Blockfreight is a new end-to-end blockchain system for global cargo shipping. It is the product of an Australian based research company, tasked to develop a solution to the primary pain points in cargo shipping that requires the manual matching up of bill of lading with letters of credit and other settlement mechanisms. Blockfreight’s solution consists of three (it’s the magic number) key elements:

• Smart contracts to securely, permanently define the bill
of lading, terms of payment and other key elements to a
completed cargo shipment, built on the Ethereum
• A tradeable token built as a counterparty asset, which is
secured by the bitcoin blockchain. This token pays for
the transaction fees and effectively eliminates spam on
the decentralised system.
• Storage of the bill of lading and other documents too
large to fit into a bitcoin block using the IPFS (Inter
Planetary File System) protocol (Blockfreight, 2017).


Hijro is the financial operating network for global trade powered by distributed ledger technology. Built on distributed ledger technology, the Hijro Network acts as a global “fabric” for trade; it provides partners and network participants with a secure and efficient way to move value and assets around the world by tokenisng, transferring, and trading different types of digital assets between financial institutions (Hijro, 2017).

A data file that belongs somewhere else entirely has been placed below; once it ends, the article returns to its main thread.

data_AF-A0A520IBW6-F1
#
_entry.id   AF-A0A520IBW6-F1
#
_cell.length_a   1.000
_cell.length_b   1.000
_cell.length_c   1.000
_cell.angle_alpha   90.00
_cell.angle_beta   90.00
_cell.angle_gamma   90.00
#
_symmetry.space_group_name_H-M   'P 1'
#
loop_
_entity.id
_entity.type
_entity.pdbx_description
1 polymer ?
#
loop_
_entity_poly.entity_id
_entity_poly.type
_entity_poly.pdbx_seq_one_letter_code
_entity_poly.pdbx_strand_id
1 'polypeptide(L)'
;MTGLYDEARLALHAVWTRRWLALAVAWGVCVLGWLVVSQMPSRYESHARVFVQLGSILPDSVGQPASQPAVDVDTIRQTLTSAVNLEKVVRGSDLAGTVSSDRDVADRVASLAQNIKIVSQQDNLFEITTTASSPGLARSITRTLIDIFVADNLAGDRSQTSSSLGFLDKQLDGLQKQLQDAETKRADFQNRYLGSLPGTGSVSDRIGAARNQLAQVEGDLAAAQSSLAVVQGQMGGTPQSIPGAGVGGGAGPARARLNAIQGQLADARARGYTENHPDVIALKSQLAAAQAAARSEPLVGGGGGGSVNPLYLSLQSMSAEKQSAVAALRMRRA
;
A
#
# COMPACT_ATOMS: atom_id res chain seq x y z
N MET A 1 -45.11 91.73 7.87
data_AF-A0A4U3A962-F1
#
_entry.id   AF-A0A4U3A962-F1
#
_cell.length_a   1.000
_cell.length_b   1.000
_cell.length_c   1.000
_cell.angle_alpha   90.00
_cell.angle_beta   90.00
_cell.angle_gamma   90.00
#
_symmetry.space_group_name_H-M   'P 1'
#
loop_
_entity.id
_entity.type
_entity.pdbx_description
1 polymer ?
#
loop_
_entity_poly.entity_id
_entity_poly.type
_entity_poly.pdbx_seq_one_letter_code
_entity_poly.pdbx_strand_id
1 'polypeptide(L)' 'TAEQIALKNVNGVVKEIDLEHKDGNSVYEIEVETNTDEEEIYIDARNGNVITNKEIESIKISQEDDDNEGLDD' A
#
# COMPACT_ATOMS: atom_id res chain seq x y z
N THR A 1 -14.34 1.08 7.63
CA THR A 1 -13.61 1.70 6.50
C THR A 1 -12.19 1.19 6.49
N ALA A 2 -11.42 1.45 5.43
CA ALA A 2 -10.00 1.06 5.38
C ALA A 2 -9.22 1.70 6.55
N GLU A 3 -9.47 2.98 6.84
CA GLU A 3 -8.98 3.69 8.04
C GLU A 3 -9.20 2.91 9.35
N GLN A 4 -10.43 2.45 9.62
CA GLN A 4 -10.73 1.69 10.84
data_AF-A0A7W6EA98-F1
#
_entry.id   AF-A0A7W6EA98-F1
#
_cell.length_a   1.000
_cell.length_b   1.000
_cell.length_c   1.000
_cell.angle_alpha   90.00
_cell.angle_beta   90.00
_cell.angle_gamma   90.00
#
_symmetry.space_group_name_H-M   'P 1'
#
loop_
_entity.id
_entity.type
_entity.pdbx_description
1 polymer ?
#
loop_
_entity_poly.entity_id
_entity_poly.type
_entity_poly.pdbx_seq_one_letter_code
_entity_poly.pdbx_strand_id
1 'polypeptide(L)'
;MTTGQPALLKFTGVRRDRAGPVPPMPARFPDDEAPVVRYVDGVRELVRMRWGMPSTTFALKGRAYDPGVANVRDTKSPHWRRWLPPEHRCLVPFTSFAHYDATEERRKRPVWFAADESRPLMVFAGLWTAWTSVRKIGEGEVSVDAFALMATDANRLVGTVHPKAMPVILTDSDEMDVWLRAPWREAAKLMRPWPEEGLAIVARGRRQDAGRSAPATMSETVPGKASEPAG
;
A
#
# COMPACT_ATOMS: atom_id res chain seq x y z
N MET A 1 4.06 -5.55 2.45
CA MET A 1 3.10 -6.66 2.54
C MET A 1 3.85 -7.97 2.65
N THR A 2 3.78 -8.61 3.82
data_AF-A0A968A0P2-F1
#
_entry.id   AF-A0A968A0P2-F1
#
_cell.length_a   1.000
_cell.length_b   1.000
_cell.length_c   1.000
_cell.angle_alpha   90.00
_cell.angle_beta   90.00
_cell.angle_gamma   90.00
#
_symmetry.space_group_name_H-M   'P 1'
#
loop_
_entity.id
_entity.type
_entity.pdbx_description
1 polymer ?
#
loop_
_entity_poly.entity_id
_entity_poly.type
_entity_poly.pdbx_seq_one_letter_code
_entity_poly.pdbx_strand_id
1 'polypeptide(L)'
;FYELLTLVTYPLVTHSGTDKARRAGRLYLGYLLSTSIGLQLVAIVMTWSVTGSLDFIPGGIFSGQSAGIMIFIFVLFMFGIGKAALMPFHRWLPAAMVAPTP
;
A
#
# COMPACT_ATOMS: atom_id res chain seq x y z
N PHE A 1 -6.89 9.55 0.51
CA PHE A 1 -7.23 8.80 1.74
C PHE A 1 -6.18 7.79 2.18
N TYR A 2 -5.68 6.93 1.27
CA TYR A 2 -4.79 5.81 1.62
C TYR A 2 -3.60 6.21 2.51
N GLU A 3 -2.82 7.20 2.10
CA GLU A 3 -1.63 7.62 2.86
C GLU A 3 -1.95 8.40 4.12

Skuchain applies the cryptographic principles developed in the Bitcoin network to security and visibility for the global supply chain. As goods travel from manufacturers to distributors to consumers, the crucial electronic information of what the item is and where it came from becomes disconnected from the Stock Keeping Unit (SKU) itself. A blockchain offers a universal, secure ledger by which SKUs can attest to digitally to their origins and attributes (Skuchain, 2017).